a nickle, man)

Despite that,
or perhaps
because of it,

they are fun and interesting
to look at today…..

And of course,
there’s a wonderfully
racy but naive quality
to many of them
which I particularly enjoy.



Ah well…

Say what you will….

I’m not one of
those leopards
who changes
his spots, man.

This particular set,
” Atomic Laugh Bombs
– Gloom Chasers ”
was issued near the
end of the war,
and featured 32
different cards.

If you enjoyed these,
you can check the
Muscleheaded archives
for more Exhibit Cards,
or related posts about them,

Mutoscope Cards

I hope you have a
groovy week, y’all !!!!


HOY !!!!!!!



Low Art Exhibition

1945jestcardsYou might have seen
my very elaborately
lavishly illustrated,
and beautifully written
post all about the
Mutoscope Company…

what a
great post
that was.

It soared far above the trite pablum usually found on this blog.

Sorry you missed it, and all.

Ok, so,
maybe it wasn’t all that beautifully written,
I’ll grant you.cooke

But whatdaya expect when you tune in to this channel —

High ART ?

but we couldn’t
get Alistair Cooke .

I frankly wouldn’t
understand his reticence to appear,

— except for the fact
that he has gone on
to that great ascot
store in the sky…..cookie

we couldn’t even get Alistair Cookie !

here’s the link to that post,

If you got nothing
else better to do,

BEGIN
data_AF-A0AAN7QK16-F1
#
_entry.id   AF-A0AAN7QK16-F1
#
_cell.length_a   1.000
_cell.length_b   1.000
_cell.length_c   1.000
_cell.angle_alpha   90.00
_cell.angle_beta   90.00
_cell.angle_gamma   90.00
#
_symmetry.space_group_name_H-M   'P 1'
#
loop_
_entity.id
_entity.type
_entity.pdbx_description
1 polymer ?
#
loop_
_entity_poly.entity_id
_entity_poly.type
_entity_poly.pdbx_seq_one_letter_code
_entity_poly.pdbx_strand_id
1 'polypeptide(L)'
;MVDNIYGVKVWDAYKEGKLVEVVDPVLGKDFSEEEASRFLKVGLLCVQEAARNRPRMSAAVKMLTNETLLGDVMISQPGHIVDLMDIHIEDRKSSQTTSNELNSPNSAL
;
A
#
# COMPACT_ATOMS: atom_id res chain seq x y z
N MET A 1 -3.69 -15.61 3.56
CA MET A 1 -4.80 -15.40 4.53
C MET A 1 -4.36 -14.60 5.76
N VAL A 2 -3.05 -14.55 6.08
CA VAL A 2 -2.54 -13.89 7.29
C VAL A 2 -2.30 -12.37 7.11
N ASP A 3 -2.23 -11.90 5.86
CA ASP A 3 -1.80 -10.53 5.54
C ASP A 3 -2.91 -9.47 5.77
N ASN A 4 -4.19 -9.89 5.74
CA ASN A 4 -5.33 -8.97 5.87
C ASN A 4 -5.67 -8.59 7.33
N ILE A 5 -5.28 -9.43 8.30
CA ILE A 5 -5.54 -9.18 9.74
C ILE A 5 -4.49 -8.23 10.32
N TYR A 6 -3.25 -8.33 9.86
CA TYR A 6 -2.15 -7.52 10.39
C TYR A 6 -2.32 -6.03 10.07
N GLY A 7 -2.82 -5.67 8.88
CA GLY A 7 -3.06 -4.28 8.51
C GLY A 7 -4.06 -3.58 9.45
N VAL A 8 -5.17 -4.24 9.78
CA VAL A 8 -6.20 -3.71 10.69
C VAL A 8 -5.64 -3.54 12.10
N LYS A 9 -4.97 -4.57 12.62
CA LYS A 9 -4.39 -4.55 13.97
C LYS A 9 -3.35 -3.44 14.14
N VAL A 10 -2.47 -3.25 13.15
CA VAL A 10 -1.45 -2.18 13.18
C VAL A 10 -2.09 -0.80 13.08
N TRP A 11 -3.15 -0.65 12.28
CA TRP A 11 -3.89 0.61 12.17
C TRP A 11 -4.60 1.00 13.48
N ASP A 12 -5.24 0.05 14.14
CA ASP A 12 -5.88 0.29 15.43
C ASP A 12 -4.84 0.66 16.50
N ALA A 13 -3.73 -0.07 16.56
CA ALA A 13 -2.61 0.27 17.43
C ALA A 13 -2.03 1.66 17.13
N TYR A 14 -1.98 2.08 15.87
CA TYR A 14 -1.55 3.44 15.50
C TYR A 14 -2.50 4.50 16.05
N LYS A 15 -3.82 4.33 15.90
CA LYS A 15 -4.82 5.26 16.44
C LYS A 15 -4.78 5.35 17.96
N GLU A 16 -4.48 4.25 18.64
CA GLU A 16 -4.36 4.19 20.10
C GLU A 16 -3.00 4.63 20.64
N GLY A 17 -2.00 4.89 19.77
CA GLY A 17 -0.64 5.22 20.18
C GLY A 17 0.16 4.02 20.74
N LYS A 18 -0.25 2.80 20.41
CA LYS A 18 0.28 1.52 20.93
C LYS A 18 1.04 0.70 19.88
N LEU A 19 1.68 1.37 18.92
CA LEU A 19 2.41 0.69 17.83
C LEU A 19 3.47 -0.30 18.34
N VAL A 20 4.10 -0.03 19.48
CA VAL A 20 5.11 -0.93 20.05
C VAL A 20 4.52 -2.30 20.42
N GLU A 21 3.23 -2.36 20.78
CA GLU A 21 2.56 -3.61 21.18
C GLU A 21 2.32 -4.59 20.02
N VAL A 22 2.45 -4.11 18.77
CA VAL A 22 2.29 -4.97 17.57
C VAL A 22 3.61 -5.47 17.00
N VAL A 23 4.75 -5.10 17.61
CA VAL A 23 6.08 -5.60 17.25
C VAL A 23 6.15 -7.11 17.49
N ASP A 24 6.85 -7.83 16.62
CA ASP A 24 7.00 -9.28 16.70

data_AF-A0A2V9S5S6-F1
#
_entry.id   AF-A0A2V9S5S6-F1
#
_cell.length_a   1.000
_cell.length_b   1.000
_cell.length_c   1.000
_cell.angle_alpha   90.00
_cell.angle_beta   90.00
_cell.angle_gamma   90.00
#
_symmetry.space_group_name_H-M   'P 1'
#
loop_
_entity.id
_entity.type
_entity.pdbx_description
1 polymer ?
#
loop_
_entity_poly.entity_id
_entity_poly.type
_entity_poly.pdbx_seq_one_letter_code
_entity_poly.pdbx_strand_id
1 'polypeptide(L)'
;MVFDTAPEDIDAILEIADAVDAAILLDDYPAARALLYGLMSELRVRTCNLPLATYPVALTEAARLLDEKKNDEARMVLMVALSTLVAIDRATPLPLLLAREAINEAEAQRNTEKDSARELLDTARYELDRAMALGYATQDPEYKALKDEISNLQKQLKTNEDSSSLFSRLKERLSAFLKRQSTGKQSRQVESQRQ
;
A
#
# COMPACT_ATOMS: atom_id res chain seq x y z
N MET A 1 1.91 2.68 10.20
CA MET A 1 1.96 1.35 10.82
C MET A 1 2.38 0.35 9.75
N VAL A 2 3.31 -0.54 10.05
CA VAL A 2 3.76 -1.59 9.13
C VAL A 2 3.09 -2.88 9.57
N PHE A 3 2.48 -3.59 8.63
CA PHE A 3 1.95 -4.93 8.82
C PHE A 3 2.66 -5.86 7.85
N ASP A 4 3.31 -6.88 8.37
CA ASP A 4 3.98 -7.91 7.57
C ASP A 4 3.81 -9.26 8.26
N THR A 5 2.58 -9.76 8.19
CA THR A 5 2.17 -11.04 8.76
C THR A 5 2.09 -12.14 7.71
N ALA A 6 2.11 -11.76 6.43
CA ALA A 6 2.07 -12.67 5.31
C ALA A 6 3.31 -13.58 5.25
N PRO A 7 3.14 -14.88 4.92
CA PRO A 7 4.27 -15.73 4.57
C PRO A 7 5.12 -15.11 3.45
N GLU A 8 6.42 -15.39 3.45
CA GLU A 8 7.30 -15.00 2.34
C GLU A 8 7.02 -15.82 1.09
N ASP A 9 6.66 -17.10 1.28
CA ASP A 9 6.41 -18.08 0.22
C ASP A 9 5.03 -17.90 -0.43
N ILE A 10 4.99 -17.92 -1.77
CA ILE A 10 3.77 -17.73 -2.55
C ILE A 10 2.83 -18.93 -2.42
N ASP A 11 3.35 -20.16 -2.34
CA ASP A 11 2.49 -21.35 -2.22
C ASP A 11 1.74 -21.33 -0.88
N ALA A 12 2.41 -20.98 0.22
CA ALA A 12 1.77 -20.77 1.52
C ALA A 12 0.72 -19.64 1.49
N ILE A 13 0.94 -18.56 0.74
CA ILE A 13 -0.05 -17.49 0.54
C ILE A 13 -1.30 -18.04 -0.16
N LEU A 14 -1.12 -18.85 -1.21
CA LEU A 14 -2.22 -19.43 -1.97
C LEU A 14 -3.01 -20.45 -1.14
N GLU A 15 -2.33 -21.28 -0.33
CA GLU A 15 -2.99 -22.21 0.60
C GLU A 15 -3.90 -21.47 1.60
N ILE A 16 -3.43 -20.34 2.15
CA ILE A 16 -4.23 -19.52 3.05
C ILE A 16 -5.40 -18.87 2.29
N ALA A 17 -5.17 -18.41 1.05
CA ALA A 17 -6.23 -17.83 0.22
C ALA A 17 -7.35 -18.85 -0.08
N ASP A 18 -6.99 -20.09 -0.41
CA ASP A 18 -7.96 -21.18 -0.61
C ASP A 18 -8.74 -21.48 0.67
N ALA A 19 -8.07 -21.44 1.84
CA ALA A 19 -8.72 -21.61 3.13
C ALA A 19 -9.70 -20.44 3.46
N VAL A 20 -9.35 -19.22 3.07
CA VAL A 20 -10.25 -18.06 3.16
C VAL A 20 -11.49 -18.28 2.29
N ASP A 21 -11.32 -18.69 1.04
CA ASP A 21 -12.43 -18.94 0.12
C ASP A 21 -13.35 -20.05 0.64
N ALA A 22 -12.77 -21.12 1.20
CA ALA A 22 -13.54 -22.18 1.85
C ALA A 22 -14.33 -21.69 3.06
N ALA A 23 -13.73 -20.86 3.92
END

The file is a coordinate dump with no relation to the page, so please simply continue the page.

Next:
…… including a thorough
clean out of that smelly
gym bag of yours, that is.

But, barrel1
the idea that I was dancing around today has to do
with the Mutoscope Company’s main competition
for penny pin ups and nickel novelties in the 1930’s and 1940’s —

Exhibit Supply Company,
of Chicago, Illinois.

These guys were really, really big–
especially during World War II. kisscard

They made a lot of different arcade products,

… including mechanical pin-ball style games,
and various kinds of amusement machines,

—- but we’ll be talking
about their art cards.

At first glance,
a lot of their stuff
looks almost indistinguishable
from Mutoscope’s —kisscards

So much so,
that their cards are often grouped in together at
collector shows,

— under a general heading like:

“Mutoscope Cards”,
“Display Cards”
or “Exhibit Cards”.

They’re generally the same size,
and shape, too —

because they were
meant to be interchangeable
in the various display and
vending machines
in which they were used.

And like Mutoscope,
they developed cards in
many different genres
and subjects….
—– to cover just about any interest.

Movie Stars,
Palm Reading,
Knot Tying,
Cars of the World,
G.I. Humor,
Sports Stars,
Animals of the World,
Magic Tricks,
Future Spouses,
Dating Tips,
Joke Books,
Goofy Cartoons,
Novelty ‘Permits’,
Kiss Cards,
Predict Your Future,
Bathing Suit Models,
Half Dressed Cuties,
and even Naughty
Nudies, too…..permits

usually, though —

The Exhibit Supply cards are clearly marked
with something like:
” Ex. Sup. Co.. CHGO. ”

You’ll start to notice that
there’s definitely a different approach to much of their art,